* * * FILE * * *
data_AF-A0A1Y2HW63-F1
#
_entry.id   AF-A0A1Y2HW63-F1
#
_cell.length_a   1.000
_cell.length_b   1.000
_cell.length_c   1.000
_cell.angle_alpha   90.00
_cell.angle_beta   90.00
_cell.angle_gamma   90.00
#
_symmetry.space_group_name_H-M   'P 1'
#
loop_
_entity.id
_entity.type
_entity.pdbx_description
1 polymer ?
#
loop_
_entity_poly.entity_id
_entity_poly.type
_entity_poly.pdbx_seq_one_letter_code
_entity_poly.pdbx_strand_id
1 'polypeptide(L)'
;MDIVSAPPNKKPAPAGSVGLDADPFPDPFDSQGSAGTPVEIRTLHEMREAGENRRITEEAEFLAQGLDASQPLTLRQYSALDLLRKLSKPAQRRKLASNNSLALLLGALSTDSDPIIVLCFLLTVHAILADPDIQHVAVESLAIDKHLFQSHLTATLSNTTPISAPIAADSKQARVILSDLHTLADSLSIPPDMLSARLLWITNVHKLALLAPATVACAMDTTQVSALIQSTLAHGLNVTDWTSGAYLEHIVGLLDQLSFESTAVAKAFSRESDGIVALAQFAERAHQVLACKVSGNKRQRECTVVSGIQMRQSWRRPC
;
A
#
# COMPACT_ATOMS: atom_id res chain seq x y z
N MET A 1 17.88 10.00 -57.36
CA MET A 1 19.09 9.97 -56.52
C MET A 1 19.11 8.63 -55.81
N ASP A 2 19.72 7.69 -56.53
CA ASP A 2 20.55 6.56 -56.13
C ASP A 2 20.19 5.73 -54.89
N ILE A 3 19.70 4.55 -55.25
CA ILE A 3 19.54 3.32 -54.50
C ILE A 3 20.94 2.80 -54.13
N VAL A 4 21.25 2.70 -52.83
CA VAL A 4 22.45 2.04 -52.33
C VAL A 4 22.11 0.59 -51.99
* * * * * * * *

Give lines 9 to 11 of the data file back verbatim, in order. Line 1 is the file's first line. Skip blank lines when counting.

_cell.angle_beta   90.00
_cell.angle_gamma   90.00
#